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It’s strange how one goes from casually listening to music to cultivating one’s interests.  Part of me likes to think that’s the process of becoming a teenager.  Typically, those are painful years where one’s personality and identity are often under constant self scrutiny and evolution.  For me, my teenage years started, earnestly, in Bermuda.  Much of the aforementioned pain didn’t come until after my family moved to Belgium, but the whole shaping of teenage identity got a foothold as I entered and completed 7th Grade.

That was also the year I started listening to heavy metal.  Let me back up a moment, first.  Being a child of the 1980’s, one of the big fads to hit — years late, of course — the military community was break dancing, especially with such vaunted cinematic exercises like Breakin’ 2: The Electric Bugaloo.   A lot of kids on Naval Air Station Bermuda were wearing head bands, big sneakers, and fat, multi-colored shoelaces.  A large number tried getting good at doing back spins and a bunch of other maneuvers.  Failing at that, a lot just simply did “The Robot” all the time and called that “Break Dancing.”  I was one of those pathetic white kids, who, rhythmically challenged, harbored that breakin’ delusion.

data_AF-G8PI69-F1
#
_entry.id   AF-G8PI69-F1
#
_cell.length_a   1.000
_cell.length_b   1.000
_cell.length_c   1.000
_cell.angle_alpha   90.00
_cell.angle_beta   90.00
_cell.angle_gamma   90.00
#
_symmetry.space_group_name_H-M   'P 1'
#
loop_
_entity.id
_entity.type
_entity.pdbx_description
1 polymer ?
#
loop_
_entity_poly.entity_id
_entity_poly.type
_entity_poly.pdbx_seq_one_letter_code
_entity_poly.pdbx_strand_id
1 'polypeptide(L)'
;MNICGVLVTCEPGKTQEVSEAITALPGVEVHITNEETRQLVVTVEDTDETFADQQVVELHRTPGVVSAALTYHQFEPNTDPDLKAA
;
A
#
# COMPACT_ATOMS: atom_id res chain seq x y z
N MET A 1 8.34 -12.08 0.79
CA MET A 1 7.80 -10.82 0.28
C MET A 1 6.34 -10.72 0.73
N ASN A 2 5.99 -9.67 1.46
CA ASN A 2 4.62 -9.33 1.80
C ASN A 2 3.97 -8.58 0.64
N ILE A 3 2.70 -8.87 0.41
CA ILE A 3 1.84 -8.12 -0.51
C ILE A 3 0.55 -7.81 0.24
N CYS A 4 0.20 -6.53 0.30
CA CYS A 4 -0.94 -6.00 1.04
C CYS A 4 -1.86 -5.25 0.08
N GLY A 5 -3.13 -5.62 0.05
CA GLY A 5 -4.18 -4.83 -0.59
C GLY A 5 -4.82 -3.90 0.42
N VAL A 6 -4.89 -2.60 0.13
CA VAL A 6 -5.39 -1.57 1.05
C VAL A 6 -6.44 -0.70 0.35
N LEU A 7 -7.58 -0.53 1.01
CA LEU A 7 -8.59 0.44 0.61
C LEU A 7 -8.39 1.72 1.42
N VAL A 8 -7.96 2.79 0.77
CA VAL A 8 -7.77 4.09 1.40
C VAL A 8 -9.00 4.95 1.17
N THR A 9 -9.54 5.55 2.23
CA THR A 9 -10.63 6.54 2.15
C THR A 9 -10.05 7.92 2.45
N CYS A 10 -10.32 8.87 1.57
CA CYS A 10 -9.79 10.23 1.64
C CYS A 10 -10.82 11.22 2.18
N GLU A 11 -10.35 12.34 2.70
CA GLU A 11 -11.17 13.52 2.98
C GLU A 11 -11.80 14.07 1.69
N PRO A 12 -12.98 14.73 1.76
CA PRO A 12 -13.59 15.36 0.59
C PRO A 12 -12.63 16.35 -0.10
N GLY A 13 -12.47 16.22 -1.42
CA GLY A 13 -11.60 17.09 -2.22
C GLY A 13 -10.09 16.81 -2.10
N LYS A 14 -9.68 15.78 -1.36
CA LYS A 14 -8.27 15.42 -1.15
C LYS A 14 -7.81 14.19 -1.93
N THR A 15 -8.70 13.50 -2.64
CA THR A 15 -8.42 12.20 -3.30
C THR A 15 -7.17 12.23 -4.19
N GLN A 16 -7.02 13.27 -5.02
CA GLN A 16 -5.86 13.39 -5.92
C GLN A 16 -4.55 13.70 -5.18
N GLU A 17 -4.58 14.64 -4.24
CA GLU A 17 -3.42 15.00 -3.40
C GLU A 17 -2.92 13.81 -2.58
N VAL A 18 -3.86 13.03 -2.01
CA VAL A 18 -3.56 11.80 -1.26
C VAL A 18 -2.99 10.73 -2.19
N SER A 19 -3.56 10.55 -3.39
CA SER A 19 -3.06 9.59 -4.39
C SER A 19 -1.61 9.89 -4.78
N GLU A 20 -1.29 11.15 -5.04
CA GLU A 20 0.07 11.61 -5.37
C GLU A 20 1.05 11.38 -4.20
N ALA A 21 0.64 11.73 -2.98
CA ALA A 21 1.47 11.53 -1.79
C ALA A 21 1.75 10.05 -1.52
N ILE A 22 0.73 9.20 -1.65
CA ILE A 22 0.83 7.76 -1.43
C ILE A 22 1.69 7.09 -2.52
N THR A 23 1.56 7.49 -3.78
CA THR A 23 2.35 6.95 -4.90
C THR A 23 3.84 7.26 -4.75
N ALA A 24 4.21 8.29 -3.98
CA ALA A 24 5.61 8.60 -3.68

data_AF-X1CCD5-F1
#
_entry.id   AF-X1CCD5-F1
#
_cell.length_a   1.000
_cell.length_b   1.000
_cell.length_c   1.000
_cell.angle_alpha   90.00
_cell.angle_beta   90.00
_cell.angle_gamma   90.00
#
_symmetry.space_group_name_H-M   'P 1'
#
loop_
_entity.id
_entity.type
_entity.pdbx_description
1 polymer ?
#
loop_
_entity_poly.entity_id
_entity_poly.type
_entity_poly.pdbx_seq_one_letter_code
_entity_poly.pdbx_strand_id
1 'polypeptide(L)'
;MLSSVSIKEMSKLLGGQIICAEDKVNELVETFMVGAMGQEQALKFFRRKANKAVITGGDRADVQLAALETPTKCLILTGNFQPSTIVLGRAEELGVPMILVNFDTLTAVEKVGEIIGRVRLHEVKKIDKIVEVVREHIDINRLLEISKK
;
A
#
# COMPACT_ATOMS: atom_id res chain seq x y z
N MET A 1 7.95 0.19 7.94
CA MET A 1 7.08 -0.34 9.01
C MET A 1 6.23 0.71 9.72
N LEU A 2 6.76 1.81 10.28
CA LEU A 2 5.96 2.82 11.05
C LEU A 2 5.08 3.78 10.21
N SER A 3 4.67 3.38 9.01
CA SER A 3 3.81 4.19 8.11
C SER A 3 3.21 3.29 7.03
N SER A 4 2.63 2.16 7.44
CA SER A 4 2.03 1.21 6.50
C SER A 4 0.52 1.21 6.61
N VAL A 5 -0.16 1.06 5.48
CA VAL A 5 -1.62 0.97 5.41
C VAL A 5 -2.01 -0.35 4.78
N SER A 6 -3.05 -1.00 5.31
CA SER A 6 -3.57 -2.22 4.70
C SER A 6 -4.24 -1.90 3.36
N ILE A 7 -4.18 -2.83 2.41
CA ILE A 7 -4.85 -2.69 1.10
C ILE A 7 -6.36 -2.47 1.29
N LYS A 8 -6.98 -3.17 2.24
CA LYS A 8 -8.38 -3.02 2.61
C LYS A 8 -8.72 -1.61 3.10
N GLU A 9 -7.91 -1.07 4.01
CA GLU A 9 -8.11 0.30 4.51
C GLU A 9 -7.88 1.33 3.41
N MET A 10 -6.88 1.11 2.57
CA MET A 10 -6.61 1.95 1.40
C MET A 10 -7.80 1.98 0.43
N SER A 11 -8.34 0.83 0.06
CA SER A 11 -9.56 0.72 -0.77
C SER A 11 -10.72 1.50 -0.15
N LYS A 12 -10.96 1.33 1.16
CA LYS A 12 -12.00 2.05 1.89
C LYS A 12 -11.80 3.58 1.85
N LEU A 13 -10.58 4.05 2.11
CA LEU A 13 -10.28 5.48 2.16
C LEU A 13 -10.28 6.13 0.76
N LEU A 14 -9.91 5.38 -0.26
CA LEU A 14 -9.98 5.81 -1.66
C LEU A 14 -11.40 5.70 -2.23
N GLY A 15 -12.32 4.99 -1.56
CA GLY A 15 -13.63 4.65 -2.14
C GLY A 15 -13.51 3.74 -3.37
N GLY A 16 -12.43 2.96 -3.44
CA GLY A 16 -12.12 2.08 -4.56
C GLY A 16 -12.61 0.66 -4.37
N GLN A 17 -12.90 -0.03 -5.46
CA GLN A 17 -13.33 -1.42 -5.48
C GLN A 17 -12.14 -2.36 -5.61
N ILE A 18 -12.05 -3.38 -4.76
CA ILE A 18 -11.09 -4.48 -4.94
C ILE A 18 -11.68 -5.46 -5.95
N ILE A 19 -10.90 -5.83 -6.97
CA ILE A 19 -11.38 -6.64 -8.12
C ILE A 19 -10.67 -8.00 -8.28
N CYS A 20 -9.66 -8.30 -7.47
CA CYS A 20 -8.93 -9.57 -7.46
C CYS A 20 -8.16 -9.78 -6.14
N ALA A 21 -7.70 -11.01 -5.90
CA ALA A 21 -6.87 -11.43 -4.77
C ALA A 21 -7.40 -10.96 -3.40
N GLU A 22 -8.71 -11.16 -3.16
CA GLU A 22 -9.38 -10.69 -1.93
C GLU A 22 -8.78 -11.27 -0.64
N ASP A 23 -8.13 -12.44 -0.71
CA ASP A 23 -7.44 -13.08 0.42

Paul, my older brother, certainly thought so, as he teased the shit out of me.   At the time, he styled himself more of a metalhead, and he had begun growing his hair out which would be, for the longest time, a point of contention between him and my mother.    Still, being a metal kid, my brother saw fit to do the most honorable thing possible, and that’ s pick on his twerpy younger brother who had yet to learn how uncool it was to be in the Boy Scouts.

One time, while he was “playfully” beating me up, I yelled, “It’s not you doing this time, it’s that Ozzy Osbourne!”  Where that came from, I don’t know, but in retrospect, there was always talk in the 1980’s about how metal was the tool of Satan — an aura that Ozzy and others readily exploited for shock value.

Strange thing is: in a matter of months, I had ditched my silly breakin’ uniform and started inheriting my brother’s cassettes, has he moved from metal into thrash.  (Around this time, he had bought Slayer’s “Reign in Blood” at the Navy Exchange.  So, I myself had gone from listening to The Fat Boys rapping about food to Metallica and “Master of Puppets.”  But then, that’s getting farther into my life in Belgium, and my time in 8th grade …

(And as an act of revenge, the photo is of my older brother) 

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